What fights lie ahead in 2018? Four members of Congress weigh in

Democratic Reps. Joe Crowley and Debbie Dingell joined Republican Reps. Will Hurd and Mark Meadows on "Face the Nation" to discuss what Congress needs to do in the new year -- and whether an agreement to protect "Dreamers" will ever be reached

Asked about top priorities for the new year, Dingell -- the wife of legendary former Democratic Rep. John Dingell -- said that "working together" on a bipartisan basis would be essential to get anything done in the new year. 

"I don't say that I'm not going to work with anybody," Dingell said. "We clearly have to get a budget passed in January and make it long-term. But there are so many other subjects. We've got to worry about pensions, health care. I've been living in a hospital for the last two weeks with my husband. I cannot tell you how many people come to my room crying and scared to death. And we have to do DACA."

"DACA" refers to "Deferred Action for Childhood Arrivals," the Obama-era initiative that protected undocumented immigrants who had arrived in the U.S. as children, known as "Dreamers," from deportation. When asked by "Face the Nation" guest host Major Garrett about her husband's health, Dingell replied that he is "stubborn, ornery and Twittering." 

Crowley, Dingell's fellow Democrat on the panel, agreed that protecting DACA was of utmost importance for his party. 

"I think for Democrats we're concerned about certainly pension protection, which is a major issue for us. Also, the Dreamers, the DACA issue," said Crowley, who represents much of New York City's Queens borough in the House. "The issue of Puerto Rico and the Virgin Islands and making sure that those Americans are made whole." Crowley also warned that Republican attempts at reforming entitlement programs such as Social Security and Medicare were non-starters as far as he was concerned.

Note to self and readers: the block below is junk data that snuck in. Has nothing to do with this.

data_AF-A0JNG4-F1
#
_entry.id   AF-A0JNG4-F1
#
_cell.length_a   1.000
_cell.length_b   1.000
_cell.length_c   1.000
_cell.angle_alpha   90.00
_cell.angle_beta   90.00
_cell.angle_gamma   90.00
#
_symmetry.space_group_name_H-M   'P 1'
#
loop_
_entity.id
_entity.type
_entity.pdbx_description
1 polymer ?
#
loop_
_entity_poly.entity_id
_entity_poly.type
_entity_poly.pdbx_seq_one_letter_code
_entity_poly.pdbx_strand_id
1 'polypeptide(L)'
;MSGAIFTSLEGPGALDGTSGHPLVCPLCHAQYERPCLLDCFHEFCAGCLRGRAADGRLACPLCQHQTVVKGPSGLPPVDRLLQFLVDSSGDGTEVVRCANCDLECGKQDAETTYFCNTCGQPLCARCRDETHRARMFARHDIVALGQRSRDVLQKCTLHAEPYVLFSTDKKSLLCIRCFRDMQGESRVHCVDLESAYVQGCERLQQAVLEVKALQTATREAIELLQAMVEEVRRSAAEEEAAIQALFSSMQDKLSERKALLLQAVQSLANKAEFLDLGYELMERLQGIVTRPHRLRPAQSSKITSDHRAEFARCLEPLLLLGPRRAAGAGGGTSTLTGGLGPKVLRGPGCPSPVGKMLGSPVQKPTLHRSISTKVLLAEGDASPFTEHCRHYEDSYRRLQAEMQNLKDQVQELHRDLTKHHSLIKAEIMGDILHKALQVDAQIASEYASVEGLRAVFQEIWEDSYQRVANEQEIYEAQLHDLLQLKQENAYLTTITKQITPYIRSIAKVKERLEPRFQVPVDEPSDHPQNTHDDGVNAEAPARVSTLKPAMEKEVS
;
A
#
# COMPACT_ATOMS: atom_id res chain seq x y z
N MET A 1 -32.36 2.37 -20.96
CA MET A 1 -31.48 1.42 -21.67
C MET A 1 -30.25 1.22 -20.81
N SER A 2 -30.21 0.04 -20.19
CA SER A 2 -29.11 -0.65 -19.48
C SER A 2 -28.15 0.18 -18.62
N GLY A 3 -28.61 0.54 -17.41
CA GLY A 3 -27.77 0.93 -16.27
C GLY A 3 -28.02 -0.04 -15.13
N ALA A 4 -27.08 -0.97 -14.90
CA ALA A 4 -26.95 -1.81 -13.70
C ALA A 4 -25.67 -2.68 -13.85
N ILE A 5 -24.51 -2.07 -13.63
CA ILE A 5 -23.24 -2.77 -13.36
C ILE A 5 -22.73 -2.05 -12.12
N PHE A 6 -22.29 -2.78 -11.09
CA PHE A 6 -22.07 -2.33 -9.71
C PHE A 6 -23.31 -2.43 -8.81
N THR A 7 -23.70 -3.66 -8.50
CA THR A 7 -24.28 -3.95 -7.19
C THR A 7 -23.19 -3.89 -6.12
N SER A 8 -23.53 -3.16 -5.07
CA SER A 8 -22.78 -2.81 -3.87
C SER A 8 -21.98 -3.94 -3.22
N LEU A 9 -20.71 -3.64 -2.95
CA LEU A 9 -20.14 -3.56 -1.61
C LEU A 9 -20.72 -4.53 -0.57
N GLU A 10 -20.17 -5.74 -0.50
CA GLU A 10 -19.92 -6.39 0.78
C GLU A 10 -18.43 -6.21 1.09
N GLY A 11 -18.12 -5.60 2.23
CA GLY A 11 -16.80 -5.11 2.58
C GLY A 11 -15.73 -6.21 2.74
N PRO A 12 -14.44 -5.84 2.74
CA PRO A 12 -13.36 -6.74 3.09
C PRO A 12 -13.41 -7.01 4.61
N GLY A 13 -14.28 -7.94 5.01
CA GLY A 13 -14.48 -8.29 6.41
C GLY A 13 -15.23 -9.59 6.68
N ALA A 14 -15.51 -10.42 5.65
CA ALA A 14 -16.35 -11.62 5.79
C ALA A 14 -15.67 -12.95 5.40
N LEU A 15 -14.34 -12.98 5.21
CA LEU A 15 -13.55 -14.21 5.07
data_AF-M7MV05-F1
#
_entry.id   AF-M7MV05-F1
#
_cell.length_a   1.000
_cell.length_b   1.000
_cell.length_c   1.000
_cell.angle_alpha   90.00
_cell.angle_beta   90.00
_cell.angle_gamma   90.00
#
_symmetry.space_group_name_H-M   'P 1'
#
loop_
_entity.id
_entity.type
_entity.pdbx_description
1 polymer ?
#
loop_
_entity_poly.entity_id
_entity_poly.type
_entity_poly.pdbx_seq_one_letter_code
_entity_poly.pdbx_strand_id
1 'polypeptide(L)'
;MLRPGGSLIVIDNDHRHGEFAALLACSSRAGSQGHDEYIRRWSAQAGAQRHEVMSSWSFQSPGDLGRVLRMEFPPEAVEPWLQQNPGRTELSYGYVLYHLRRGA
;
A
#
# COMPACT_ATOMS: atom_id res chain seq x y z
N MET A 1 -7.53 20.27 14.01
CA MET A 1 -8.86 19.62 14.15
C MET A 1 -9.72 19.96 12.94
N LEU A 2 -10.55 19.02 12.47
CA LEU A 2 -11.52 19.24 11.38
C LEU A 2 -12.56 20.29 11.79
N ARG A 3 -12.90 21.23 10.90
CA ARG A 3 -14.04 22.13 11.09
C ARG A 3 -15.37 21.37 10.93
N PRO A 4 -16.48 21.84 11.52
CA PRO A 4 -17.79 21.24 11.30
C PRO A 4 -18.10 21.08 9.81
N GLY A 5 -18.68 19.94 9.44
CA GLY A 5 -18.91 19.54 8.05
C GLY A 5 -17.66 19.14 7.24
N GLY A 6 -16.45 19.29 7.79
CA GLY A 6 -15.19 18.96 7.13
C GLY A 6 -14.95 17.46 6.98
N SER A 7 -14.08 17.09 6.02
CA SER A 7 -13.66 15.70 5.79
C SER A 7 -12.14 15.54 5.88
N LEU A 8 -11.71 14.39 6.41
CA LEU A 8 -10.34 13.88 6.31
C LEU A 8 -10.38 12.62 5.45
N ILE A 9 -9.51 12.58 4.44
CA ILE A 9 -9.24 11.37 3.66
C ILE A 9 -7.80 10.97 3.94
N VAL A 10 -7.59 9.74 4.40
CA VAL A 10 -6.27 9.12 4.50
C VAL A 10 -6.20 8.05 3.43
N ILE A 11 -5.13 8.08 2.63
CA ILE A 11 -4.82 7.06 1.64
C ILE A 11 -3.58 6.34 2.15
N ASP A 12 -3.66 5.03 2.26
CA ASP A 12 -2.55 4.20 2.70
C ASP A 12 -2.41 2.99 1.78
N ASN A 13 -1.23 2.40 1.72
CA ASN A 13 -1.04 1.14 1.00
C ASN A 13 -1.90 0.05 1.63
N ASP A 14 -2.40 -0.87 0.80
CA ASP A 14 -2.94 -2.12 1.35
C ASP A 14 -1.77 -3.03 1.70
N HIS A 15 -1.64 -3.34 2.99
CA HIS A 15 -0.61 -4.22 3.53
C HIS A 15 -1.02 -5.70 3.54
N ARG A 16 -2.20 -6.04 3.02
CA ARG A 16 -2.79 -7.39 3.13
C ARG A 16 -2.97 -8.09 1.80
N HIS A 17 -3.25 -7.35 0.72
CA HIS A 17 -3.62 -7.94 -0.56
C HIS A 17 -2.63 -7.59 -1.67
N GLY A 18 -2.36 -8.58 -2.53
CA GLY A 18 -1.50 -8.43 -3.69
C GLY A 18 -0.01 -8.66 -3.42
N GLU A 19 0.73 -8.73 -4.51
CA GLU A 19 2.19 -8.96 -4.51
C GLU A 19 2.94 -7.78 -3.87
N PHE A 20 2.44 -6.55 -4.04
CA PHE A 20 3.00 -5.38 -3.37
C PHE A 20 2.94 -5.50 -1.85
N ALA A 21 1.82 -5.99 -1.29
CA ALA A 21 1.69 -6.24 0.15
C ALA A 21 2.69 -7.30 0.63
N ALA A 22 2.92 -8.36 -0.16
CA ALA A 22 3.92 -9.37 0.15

Hurd said national security must be Congress' priority in 2018, with special attention paid to Iran

"You know, we need to make sure that we're showing the rest of the world what's really happening in Iran," Hurd, a former CIA officer, said. "Because the Iranian government is trying to shut down the internet. They're trying to stop people from talking. Because there is a proxy war going on right now between Iran and our allies Saudi Arabia and Israel. And that can become a hot war. And that's going to be dangerous for everybody."

Meanwhile, Meadows, the leader of the conservative House Freedom Caucus, said that economic performance would be the most important issue for Congress to focus on. 

"Do we grow the economy, or do we grow government?" Meadows said after listing a number of Republican accomplishments from the last year, such as tax reform. "And right now I can tell you it does not look well. It looks like we're going to spend more money on growing the government in January than perhaps the biggest amount of money that we spent since the Obama stimulus plan. And that's a concern for conservatives."

Turning the conversation back to DACA, Crowley and Meadow engaged in a heated debate over what to do with the Dreamers and who was responsible for putting them in legal limbo. Crowley blamed President Trump for rescinding Obama's DACA policy, while Meadows countered that DACA would have been struck down by the courts anyway, and must be codified into law through a bipartisan deal. 

"They are cultural Americans," Crowley said of the Dreamers, while acknowledging that they are not citizens. "They know no other way of life than being here. And they love this country. And they want to remain here in the United States. And what the president's saying in order to do that, we have to build a $40 billion wall that you can't drive on, you can't live in. And it's an incredible waste of American resources." 

Hurd, who represents a massive district along the Texas border, then tried to strike a moderate tone on the issue. 

"We can do this together," Hurd said. "We have to do this together. We can have smart solutions to border security. And we can solve this problem in a narrow fashion for these Dreamers who have only known the United States of America as their home."

Hurd added that "nobody's talking about deporting a million kids," a statement Crowley and Dingell both pushed back on. 

"They are talking about...deporting families," Crowley said. "Nobody who's reasonable," Hurd replied.